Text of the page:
It was business as usual as Jupiter Coyote an added percussionist in tow, graced the stage of the Lincoln Theatre where the Brevard, N.C.-based quintet delivered the expected goods.
Despite an unusually short opening set lasting only 50 minutes, Coyote wasted no time when it came to putting some muscle into its show. Short set or not, the band proved it was there to work as it opened with an energetic version of "Spiral" from this year's release Waxing Moon.
The opening set was a clever mix of new material, old chestnuts and an interesting cover to which drummer-cum-setlist master Noel Felty said of his selections: "I just took a look at Setlist.com and pulled some songs from some of our best shows."
While the band got its sound ironed out with the opener, there was a certain full-throttle approach as Coyote went into "Flight of The Lorax" that was prefaced by an interesting tease of the Allman Brothers' standard "Whipping Post." An equally aggressive presentation of "Rumplestiltskin" followed featuring guitarist John Felty adding some higher-ranged backing vocals behind Matthew Mayes' lead as well as several stinging guitar riffs.
Anchored by the heavy backbeat of Noel Felty and probing bass of Sanders Brightwell, Felty's wah-wah infused guitar was caught in a swirling mix with fiddle accents provided by Steve Trismen as Mayes tore into the edgy "Breckinridge."
It was on this tune -- taken from Coyote's 1995 release Lucky Day -- that guest percussionist Richard Proctor began to really make his presence known as he, Noel Felty and Brightwell began to gain an understanding despite it being Proctor's first time sitting in with the band.
A plaintive version of "Ship in the Bottle," one of only two songs that John Felty would take the lead vocal chore on the entire night, gave the band a chance to catch its collective breath before delivering a rousing trio of songs to conclude the set. The closing rant began with a rollicking version of "Cindi" as Mayes deftly gave a finger-picking clinic on guijo -- a hybrid instrument with a guitar body and pickups with banjo-style neck and string configuration. "Cindi" also provided Trismen the opportunity to stretch out on fiddle.
Coyote's rendering of the Country-Western standard "Cold Sheets of Rain" segued flawlessly into "Everytime" that was met with approval by a growing crowd that was left wanting more as the band opted for a set break.
The second set, featuring a number of extended jams, found Coyote poised to please as it got the proceedings running again courtesy of "Somehow" -- one of four tracks played on the night from Waxing Moon.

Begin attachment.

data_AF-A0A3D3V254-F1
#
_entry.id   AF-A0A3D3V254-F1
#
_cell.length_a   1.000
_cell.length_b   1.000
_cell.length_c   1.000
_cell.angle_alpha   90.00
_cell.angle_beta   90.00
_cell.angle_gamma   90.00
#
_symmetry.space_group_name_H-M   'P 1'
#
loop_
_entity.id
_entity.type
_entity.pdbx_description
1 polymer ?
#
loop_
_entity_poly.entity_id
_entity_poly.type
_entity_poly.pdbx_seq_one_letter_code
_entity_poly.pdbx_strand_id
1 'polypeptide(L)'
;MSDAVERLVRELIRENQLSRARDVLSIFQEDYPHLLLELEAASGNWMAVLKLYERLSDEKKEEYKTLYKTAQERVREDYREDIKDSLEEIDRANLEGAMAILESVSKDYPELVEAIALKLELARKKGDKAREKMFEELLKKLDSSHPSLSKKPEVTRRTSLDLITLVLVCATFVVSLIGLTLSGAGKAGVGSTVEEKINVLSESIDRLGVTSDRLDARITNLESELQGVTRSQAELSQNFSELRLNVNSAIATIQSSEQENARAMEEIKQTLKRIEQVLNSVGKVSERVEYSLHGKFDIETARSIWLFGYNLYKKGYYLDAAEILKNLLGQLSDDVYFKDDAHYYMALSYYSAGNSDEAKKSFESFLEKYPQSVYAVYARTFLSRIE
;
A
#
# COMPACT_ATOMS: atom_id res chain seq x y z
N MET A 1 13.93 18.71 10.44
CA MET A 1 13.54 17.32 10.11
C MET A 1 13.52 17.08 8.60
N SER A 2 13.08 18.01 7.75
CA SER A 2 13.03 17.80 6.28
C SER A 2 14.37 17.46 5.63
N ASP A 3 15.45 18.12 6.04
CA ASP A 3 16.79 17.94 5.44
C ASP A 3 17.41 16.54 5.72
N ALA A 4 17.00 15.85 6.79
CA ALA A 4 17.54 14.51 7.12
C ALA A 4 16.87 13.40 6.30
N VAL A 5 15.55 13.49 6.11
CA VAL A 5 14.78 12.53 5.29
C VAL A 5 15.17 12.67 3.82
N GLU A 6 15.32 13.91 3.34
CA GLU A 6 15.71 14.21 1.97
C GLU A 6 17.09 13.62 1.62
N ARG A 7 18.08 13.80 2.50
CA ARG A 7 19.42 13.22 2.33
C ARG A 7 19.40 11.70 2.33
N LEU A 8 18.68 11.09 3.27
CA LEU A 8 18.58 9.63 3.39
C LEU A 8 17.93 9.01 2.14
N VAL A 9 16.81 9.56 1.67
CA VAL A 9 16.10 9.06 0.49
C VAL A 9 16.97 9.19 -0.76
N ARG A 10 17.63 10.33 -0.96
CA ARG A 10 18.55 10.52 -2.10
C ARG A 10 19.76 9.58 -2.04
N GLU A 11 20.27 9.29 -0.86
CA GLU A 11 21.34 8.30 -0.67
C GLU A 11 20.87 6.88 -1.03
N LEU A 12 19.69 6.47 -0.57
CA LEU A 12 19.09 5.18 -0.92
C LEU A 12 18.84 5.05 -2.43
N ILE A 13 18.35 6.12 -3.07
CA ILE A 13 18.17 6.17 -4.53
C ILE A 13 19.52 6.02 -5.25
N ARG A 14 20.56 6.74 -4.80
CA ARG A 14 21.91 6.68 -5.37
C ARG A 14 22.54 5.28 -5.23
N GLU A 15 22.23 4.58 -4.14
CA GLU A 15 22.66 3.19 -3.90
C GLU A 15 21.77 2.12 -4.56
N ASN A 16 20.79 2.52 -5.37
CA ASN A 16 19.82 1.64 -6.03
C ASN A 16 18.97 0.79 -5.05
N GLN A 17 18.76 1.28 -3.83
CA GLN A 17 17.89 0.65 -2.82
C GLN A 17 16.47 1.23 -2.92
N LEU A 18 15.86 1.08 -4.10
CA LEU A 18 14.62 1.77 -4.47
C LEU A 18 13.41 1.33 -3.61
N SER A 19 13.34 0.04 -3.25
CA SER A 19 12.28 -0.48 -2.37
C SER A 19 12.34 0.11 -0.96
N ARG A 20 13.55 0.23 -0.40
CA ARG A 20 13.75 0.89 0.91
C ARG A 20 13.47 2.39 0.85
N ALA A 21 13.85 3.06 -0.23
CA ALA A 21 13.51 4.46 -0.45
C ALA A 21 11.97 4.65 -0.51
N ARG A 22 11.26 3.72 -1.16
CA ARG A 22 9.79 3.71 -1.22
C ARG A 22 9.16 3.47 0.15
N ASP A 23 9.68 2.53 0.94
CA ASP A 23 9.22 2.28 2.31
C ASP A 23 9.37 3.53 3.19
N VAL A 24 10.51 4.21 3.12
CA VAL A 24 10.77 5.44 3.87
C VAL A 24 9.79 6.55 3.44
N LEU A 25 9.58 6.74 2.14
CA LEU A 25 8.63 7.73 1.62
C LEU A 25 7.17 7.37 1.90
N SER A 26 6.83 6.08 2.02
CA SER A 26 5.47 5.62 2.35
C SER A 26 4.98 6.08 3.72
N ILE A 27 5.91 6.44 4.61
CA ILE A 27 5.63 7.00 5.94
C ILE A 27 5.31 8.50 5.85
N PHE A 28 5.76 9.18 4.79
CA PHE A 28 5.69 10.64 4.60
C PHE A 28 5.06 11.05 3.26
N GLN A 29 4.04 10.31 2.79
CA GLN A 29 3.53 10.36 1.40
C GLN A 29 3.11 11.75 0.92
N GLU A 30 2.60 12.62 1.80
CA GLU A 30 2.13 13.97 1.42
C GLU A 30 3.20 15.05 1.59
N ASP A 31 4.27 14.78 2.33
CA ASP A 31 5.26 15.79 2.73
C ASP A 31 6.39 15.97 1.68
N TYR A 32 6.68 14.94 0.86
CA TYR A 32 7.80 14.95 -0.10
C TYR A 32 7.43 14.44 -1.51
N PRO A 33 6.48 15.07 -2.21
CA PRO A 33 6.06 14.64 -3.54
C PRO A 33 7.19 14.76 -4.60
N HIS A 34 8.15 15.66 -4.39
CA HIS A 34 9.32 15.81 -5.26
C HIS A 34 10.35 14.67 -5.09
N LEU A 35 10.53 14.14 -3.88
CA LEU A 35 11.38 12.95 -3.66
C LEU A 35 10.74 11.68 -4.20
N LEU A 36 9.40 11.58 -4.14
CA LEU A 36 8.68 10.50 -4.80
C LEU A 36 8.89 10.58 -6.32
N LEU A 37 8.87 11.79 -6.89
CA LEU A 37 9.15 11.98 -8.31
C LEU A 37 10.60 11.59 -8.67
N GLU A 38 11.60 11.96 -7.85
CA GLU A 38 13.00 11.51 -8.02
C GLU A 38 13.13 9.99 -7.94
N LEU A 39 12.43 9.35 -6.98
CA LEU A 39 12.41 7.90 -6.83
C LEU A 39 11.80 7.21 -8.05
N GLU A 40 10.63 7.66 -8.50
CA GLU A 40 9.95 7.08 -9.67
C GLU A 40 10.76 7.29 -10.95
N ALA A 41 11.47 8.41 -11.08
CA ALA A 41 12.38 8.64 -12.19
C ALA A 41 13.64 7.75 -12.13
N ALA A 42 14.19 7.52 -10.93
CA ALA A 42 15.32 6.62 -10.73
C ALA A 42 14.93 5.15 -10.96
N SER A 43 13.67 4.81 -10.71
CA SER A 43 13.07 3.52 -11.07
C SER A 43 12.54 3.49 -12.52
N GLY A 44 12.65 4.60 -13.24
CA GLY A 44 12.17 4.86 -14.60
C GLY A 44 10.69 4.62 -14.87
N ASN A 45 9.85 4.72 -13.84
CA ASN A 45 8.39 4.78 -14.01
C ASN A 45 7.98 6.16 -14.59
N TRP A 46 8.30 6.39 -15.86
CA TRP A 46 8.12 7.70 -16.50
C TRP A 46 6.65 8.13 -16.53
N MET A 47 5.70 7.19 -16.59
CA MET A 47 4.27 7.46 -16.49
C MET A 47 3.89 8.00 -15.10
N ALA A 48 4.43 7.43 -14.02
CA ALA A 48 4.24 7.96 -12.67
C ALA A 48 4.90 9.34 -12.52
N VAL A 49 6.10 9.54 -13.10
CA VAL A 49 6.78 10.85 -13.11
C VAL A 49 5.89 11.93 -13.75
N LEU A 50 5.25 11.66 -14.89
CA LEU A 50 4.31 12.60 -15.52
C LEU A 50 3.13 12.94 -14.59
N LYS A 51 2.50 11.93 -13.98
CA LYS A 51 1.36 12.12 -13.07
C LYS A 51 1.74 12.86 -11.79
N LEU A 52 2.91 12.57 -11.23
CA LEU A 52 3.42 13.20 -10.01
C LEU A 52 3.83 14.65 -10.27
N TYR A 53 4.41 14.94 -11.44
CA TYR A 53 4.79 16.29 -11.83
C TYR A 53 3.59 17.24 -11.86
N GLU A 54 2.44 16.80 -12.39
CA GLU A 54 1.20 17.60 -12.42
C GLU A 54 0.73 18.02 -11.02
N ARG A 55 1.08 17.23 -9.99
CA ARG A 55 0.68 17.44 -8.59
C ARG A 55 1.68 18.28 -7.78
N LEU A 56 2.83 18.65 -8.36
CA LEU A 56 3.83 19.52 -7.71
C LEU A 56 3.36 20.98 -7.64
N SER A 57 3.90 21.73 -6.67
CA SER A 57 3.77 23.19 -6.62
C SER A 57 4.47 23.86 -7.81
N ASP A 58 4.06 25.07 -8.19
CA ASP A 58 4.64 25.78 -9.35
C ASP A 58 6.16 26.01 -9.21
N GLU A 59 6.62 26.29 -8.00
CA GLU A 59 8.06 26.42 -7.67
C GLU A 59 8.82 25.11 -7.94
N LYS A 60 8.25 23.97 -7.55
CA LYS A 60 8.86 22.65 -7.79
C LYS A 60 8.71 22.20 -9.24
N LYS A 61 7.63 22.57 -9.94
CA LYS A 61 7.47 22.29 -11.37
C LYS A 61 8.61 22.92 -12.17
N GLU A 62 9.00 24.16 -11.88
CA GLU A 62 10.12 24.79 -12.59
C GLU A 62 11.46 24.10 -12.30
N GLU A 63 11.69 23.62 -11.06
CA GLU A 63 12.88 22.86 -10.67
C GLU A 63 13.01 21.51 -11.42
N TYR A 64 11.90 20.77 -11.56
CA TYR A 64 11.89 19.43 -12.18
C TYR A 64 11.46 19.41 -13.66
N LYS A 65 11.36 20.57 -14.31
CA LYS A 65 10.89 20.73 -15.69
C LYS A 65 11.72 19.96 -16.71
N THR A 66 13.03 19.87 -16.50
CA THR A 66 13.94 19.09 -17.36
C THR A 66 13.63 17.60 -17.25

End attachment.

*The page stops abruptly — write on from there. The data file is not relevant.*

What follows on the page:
From there, there was no looking back as the band seemingly took a deep collective breath before launching into a driving version of "Tumbleweed" which trickled into "Parkway Blue Blinder." Nary a couple of seconds passed before Mayes' impassioned vocals backed by John Felty's staccato-styled soloing brought new life to a rendition of All Good's "Train Song" which the band also featured on its latest effort.
It would be a John Felty-Mayes tag-team effort that took an extended run of "Lucky Day" to new heights via a Felty slide workout that would have brought a grin to Duane Allman's face while Mayes' trippy guijo runs combined with a mesmerizing rhythm contingent and Trismen's carefully chosen fiddle accents.
As the band often does, Coyote morphed "Lucky Day" into the Allman's "Dreams" and back again into "Lucky Day," carried largely by John Felty's quicksilver slide.
By popular request, Coyote trotted out its countrified crowd-pleaser "Crazy Women-Louisiana Saturday Night-Crazy Women" before Mayes, John Felty and Trismen did a impressive workout of "Duelin' Banjos/Foggy Mountain Breakdown."
This popular traditional often signals the end of an evening for Coyote but the band wasn't finished, not just yet.
"Real Thing" which merged nicely into "The Ballad of Lucy Edenfield" - complete with its intro nicked from Steely Dan's "Bodhisattva" brought the second set to a sweaty, satisfied close.
Coyote's two-song, jam-laden encore kicked off with John Felty handling the vocals on "Confusionville," keyed by Brightwell's muscular bass lines and Noel Felty's rock-solid backbeat. The band, now appearing like it could continue for at least another hour, plowed right into a 10-minute version of "Rose Hill" where John Felty and Mayes took advantage of liberal time to solo.
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